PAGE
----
The Congressional Budget Office (CBO) estimates that the direct costs that providers will incur in 2009 for medical malpractice liability-which consist of malpractice insurance premiums together with settlements, awards and administrative costs not covered by insurance-will total approximately $35 billion. While that may seem like a lot to some, it's actually just a drop in the health care bucket.
In fact, in a letter to Senator Orrin Hatch, the CBO concluded that "if a package of proposals such as those described [in the letter] was enacted, it would reduce total national health care spending by about 0.5 percent (about $11 billion in 2009)."
However, let's look at some of the costs not considered. The CBO does not take into account the costs that the government would have to incur if patients were not compensated for their injuries. For example, if there are no more medical malpractice awards, who will provide for the wives and children who lost their fathers because a doctor was negligent? Who would provide for the patient disabled by a massive heart attack which a negligent doctor failed to diagnose? The government and society would have to pick up the tab.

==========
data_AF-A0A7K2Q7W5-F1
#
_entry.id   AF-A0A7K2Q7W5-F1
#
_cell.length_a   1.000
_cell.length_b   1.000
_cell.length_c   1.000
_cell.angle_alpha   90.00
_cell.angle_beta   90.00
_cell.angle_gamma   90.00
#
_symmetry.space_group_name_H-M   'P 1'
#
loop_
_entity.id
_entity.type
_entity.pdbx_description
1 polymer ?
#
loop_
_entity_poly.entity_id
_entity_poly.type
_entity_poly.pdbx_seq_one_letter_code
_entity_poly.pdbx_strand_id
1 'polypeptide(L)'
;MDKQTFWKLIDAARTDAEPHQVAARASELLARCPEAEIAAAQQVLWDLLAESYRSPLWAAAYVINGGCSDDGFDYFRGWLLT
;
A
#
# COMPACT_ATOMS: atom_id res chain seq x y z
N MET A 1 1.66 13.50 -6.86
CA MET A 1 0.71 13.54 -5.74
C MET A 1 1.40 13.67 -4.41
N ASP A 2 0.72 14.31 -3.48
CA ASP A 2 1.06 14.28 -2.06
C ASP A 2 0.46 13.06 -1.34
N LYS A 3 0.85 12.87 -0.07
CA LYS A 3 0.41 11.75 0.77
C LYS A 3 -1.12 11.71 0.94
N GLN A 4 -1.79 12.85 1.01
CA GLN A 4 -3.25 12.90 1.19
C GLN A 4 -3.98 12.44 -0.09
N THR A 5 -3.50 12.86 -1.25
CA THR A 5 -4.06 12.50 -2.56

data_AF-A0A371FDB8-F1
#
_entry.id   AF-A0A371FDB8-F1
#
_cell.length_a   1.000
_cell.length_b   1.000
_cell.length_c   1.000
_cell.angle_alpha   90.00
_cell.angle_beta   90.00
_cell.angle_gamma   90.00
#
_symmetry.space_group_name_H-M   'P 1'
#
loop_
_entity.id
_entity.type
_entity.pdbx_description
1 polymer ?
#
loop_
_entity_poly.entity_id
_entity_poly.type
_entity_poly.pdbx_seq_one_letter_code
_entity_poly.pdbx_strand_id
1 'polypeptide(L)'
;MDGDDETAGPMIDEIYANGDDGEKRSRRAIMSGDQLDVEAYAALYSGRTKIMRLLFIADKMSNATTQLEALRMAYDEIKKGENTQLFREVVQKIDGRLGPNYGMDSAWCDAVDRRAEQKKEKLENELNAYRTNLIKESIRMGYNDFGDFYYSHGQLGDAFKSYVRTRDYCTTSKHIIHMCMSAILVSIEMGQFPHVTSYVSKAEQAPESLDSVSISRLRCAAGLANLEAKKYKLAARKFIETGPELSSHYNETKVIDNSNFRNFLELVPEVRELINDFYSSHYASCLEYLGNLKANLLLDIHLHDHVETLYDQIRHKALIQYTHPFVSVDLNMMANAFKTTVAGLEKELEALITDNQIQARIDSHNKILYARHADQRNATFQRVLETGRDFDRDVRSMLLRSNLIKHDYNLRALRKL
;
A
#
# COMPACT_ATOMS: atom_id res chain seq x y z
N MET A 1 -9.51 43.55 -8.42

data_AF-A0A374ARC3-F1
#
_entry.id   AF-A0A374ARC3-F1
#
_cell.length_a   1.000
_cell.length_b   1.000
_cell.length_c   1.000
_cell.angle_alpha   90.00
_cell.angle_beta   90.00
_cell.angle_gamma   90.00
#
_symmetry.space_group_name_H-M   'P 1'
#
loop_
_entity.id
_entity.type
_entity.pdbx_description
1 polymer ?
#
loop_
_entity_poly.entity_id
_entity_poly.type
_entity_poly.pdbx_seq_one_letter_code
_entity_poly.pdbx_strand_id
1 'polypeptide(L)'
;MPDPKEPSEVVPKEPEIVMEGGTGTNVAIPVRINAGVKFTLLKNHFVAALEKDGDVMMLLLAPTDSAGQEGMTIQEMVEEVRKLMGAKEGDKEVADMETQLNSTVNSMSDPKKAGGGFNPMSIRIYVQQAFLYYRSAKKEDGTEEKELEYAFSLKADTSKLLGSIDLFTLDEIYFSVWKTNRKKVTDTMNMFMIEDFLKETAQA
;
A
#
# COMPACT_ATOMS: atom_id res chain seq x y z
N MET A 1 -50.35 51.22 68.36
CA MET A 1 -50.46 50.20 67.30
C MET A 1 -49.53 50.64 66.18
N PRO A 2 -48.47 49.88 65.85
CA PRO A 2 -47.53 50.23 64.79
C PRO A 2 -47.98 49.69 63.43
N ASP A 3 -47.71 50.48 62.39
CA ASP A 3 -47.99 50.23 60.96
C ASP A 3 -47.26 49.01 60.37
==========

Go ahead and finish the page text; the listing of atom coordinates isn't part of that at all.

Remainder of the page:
Fraudulent billing by doctors and hospitals costs much more than medical malpractice liability. The New England Journal of Medicine stated, "In 2008, government-wide 'improper payments' cost the U.S. Treasury $72 billion, or about 4 percent of total outlays for the related programs."
Why then is medical malpractice such a hot issue? Because insurance companies need a villain in the health care debate to draw attention away from their increased profits, failure to reimburse physicians and hospitals fairly, and mistreatment of patients. In summary, Washington has bought the insurance companies’ baloney. Now the American people are being sold a lot of baloney by the insurance companies about tort reform. Don’t buy it.